PostgreSQL is an open-source DBMS that typically supports both SQL and JSON for relational and non-relational queries respectively. PostgreSQL is typically known for its reliability, architecture, data integrity, and scalability. It is backed by an experienced community of open-source developers who have contributed to it significantly to make it what it is today. The roots of PostgreSQL were laid back in 1986 as part of a project at the University of California, Berkeley. It runs on all the major operating systems and supports advanced performance optimization and data types that are typically found only in commercial databases such as Oracle and SQL Server.
PostgreSQL is typically shipped with basic configurations. Now, these configurations are focused primarily on compatibility with multiple systems rather than performance. It is up to the developers to tune the default parameters to their requirements and reap the benefits of a powerful DBMS platform. Here are 8 tunable parameters of Postgre that will have maximum impact on the performance when you tune –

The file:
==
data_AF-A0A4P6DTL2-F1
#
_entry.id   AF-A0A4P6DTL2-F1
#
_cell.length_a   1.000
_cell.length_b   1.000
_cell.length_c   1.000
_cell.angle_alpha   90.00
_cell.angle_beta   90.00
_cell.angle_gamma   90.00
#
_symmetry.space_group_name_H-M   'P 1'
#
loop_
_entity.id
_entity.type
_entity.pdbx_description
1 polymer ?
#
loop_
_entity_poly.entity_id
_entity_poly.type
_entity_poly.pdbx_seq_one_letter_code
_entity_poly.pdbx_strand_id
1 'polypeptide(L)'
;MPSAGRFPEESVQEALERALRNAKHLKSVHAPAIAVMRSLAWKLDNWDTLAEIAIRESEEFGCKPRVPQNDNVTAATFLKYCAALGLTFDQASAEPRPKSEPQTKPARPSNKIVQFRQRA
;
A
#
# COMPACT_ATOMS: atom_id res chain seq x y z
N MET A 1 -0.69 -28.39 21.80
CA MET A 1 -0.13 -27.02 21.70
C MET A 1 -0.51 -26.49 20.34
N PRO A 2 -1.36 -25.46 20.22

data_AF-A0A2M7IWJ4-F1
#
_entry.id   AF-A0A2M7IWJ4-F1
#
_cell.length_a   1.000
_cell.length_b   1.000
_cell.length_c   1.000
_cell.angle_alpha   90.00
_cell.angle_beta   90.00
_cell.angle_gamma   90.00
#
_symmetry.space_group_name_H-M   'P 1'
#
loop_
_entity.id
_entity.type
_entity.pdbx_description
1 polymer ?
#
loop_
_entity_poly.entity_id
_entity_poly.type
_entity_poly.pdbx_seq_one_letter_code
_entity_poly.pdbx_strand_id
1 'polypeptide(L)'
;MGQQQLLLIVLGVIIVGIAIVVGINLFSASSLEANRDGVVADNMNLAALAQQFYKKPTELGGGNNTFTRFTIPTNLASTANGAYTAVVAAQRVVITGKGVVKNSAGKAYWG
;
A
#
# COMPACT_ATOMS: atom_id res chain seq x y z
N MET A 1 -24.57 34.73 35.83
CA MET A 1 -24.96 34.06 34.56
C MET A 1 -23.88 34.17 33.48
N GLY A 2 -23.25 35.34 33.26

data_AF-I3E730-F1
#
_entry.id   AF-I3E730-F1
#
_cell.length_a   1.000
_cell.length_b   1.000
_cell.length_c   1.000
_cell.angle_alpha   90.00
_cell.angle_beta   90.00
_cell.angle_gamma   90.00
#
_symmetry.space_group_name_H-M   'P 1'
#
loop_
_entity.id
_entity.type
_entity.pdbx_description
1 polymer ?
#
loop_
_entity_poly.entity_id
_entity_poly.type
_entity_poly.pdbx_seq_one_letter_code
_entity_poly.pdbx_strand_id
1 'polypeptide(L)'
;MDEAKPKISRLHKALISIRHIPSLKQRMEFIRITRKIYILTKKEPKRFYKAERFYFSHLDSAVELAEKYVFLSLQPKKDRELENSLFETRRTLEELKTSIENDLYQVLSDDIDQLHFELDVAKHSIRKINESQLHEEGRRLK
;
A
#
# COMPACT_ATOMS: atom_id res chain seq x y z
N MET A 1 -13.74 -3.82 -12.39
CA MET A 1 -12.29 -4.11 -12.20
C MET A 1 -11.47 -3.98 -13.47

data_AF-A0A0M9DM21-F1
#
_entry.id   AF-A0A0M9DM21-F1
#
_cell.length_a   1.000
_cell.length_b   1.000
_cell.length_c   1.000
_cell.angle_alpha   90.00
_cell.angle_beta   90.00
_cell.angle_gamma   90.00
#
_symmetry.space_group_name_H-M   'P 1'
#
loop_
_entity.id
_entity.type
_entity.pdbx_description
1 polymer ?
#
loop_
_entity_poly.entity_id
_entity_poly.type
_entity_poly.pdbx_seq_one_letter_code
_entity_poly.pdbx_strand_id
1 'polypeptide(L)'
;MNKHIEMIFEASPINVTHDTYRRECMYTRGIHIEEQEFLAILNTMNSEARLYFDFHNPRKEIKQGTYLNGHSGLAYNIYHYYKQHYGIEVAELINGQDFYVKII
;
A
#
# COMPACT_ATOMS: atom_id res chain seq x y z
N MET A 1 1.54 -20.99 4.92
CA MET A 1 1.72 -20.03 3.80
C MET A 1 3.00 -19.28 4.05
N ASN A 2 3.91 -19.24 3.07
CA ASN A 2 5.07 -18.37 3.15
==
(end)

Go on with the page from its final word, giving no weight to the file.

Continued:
8 Tunable Parameters
1) shared_buffer: (Recommended Value: 25% of system memory)
The first tunable parameter is shared_buffer. PostgreSQL uses its own buffer and kernel buffered IO. What this means is the data is stored twice in a memory which is first in the PostgreSQL buffer and then in the kernel buffer. There is no direct IO in PostgreSQL, unlike other DBMS. This is termed as double buffering. The buffer of PostgreSQL is called shared_buffer and takes the first rank in our list of parameters due to its ability to affect the performance. It typically sets the level of dedicated memory that I used by PostgreSQL for cache purposes.